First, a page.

Accommodating Parents and Their Anxious Kids (or, What I Really Want For Dinner Is Not To Make a Decision)

This is what’s for breakfast, that’s what you’re wearing, and here’s how we’re getting to […]

David Zahl / 2.12.19

This is what’s for breakfast, that’s what you’re wearing, and here’s how we’re getting to school. Nothing about the next hour is up for grabs, boys. Get to it!

…I wish that’s how the morning routine in our house went. Alas, like a lot of modern parents, my reflex is to give my kids options rather than directives: waffles or eggs? jeans or sweats? bus or walk? It sounds nice, I suppose, but each kid has a different preference and all of a sudden you’re stuck in intense negotiations before the coffee has finished brewing. When each move becomes a collaboration, everyone’s winded before taking a single step outside. Not an ideal start to the day.

Why my generation is so much more prone to parental equivocating than that of our own moms and dads, I’m not sure. Maybe we have a higher view of our young-un’s discernment. Maybe we’re less tolerant of negativity, or at least, more focused on minimizing dissension for efficiency’s sake. Could be that we grew up in a more child-centric world and have unconsciously confused serving our children with being their servant. Perhaps we’re just less sure of ourselves.

Whatever the case, Giles Fraser’s latest column for UnHerd, the sensationally titled “Our Modern Parenting Is Making Monsters,” hit uncomfortably close to the bone. Placing the burden of choice on our kids so incessantly, he theorizes, may be contributing to their anxiety:

Why are our kids so unhappy? Various answers have been touted. The use of social media is an obvious one. So, too, is the collapse of community life. Both of these are important.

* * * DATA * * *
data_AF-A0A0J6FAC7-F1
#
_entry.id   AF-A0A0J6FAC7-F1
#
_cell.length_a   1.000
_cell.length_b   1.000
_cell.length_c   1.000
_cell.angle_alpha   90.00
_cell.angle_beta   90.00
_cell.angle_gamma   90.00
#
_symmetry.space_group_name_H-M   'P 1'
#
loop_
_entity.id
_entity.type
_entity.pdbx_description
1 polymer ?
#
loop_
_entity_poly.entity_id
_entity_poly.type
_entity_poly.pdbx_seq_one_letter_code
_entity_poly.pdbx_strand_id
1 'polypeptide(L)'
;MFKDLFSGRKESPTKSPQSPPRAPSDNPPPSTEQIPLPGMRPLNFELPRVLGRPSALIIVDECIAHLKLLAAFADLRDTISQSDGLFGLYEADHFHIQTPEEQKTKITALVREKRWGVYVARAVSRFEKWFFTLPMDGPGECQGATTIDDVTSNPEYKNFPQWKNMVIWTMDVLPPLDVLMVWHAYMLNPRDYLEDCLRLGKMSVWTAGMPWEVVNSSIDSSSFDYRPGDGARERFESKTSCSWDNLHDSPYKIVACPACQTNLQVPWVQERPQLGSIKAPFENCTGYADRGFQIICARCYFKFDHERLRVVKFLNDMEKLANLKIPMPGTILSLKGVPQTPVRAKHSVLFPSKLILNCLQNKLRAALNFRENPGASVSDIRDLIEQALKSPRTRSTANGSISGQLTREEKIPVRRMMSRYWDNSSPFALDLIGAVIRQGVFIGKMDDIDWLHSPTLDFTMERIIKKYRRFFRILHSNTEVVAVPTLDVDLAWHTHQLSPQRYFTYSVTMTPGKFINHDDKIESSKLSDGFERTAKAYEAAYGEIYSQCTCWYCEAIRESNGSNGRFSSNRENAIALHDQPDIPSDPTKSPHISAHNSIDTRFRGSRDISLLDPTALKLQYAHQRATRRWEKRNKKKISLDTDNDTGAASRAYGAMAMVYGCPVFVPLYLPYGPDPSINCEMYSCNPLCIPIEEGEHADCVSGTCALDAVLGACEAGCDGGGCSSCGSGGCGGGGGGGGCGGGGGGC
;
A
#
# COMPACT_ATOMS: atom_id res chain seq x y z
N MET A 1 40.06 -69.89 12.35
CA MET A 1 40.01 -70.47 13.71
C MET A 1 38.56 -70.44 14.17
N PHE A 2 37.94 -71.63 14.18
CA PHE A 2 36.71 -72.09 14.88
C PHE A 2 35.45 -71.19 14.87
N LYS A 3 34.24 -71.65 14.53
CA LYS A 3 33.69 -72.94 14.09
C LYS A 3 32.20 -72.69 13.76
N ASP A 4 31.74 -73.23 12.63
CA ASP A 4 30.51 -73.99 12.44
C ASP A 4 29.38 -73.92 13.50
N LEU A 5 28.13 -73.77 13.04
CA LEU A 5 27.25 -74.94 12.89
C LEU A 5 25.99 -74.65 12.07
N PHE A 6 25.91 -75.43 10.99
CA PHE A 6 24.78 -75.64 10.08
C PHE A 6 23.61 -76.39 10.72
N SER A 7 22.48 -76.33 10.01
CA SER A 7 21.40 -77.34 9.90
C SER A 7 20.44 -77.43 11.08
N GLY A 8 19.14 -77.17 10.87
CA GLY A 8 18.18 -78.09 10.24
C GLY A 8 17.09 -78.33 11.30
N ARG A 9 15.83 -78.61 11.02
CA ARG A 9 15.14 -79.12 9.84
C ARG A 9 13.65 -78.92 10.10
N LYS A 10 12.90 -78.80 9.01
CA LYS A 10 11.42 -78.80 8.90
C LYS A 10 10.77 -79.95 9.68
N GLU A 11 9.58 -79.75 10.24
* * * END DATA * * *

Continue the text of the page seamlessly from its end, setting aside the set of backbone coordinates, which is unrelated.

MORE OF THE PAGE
But I also suspect that the way we have come to treat children as mini-consumers, little choice-centres, also has something to do with it as well. For nowhere is this choice-inducing anxiety more toxic than in childhood. It used to be that childhood operated under instruction. For the child, life was a series of givens. And this functioned as a sort of emotional security. But now that we are inducting our children into this culture of choice at an ever earlier age, we deprive them of the necessary scaffolding of care, love and support.

It’s a big claim, I know. But it is worth reminding ourselves of an important aspect of our culture of choice: that it absolves people of a responsibility of care towards others. To put it another way, our culture of choice contains this message: I am not responsible for you because you are responsible for you…

To make children constantly choose is to abdicate one’s responsibility for being a parent. To put it bluntly and provocatively: respecting the decision-making autonomy of a child is tantamount to a refusal of love.

The reductio ad absurdum of this overblown culture of choice is the case of a man who is currently taking his parents to court because he didn’t choose to be born. Yes, its true. A businessman from Mumbai, Raphael Samuel, 27, is suing his parents because he didn’t ask to be born. Apparently, by conceiving him without his consent, they were infringing his ‘right’ to choose.

I know his is hardly a serious case, but it does highlight this nonsense of thinking that we can generate ourselves though a succession of our own choices. No, we begin life as if we are already “thrown” into a place and time, with parents and grandparents, within a particular language and culture. Our circumstances precede who we are.

Earlier in the piece, Fraser notes that anxious children may be the byproduct of what happens when we see life as “a never ending succession of choices, a constant work-in-progress of self-definition. We are the authors of our own identity. Mini gods of self-creation.”